The New York Times wrote that his work "was inextricably bound up in the history of visual culture in Chicago," where he documented the vibrant immigrant neighborhood of Maxwell Street in the 1930s and later enrolled in the New Bauhaus under László Moholy-Nagy's tutelage. He stayed on as faculty after the school became the Institute of Design, and eventually was made educational director. While at the school he developed a light box technique which was a significant contribution to abstract photography, as well as a plywood-bending machine used in many of the school's furniture designs. After leaving the school in 1949 he started an industrial design practice best known for thermo-formed plastic products, including the now-ubiquitous bear-shaped honey bottle. He was Henry Darger's landlord and discovered Darger's work shortly before the artist's death.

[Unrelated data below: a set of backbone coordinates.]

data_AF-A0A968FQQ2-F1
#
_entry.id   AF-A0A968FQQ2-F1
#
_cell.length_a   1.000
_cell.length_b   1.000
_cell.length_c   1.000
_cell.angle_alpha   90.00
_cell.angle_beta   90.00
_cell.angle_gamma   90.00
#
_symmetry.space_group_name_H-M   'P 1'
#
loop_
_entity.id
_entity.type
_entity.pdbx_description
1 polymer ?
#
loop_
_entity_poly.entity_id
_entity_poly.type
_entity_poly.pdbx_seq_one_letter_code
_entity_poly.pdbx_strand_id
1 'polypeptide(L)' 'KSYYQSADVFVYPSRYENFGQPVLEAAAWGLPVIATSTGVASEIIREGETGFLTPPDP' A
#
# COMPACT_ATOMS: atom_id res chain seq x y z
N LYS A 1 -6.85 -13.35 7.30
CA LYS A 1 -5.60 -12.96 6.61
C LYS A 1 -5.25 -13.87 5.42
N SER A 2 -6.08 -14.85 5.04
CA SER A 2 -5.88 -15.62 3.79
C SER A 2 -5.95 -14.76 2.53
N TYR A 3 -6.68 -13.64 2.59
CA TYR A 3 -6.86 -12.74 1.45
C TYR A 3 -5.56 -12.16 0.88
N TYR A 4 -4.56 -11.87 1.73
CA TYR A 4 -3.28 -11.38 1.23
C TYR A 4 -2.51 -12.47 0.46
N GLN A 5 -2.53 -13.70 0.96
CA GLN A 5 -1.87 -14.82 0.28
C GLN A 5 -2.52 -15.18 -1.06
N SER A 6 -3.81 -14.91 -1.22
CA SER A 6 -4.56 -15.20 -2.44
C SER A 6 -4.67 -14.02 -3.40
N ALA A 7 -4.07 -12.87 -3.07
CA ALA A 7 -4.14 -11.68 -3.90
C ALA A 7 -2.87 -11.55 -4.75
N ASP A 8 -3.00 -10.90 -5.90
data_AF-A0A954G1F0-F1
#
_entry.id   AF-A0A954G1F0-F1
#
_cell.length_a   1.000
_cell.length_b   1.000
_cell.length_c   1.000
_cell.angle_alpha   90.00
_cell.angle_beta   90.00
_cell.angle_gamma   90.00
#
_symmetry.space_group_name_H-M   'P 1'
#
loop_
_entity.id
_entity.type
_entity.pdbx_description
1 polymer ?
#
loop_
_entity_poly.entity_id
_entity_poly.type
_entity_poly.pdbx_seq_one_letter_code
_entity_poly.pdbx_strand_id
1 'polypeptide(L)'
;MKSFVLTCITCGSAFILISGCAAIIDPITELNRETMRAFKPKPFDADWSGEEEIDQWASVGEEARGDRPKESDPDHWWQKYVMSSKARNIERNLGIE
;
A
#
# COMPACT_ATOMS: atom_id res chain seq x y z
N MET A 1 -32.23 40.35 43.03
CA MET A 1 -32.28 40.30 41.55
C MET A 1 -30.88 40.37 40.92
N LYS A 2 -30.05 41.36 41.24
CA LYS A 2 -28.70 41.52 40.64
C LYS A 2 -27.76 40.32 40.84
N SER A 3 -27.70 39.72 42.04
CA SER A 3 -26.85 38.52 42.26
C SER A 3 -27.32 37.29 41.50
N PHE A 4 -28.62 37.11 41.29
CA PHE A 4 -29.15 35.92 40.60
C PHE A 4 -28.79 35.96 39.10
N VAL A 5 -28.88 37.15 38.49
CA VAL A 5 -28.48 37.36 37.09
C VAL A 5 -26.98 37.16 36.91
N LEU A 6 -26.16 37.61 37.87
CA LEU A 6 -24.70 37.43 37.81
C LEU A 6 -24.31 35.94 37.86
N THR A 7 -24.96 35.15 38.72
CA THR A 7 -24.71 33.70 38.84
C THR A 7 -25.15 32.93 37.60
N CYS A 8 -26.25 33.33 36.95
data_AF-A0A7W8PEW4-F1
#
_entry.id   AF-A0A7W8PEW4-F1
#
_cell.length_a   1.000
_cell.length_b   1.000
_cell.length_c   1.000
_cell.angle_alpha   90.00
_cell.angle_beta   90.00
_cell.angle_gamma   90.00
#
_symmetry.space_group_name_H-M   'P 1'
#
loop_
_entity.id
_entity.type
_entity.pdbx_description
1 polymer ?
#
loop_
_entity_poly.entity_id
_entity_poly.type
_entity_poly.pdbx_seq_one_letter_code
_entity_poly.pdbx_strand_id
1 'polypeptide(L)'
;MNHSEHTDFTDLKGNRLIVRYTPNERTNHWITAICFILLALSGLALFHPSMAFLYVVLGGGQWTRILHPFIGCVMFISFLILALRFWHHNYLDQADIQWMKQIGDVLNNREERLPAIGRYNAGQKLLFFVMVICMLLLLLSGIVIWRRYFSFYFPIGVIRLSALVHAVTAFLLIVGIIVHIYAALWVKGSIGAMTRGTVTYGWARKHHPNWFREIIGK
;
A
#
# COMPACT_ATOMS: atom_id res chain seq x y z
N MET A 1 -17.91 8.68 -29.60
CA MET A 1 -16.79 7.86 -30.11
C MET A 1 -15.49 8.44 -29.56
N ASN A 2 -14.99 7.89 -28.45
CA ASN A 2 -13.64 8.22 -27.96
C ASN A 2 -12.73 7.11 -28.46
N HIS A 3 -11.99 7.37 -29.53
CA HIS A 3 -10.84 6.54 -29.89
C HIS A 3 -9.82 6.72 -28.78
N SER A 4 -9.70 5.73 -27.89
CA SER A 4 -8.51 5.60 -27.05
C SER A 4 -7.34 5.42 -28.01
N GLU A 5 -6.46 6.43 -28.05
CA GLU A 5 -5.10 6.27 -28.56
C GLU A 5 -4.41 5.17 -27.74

- Smith, Roberta (February 15, 1997). "Nathan Lerner, 83, Innovator In Techniques of Photography". The New York Times.
- "Nathan Lerner". Museum of Contemporary Photography. Archived from the original on 24 June 2012. Retrieved 20 September 2021.
- "Biography". Nathan Lerner. Archived from the original on 21 October 2020. Retrieved 20 September 2021.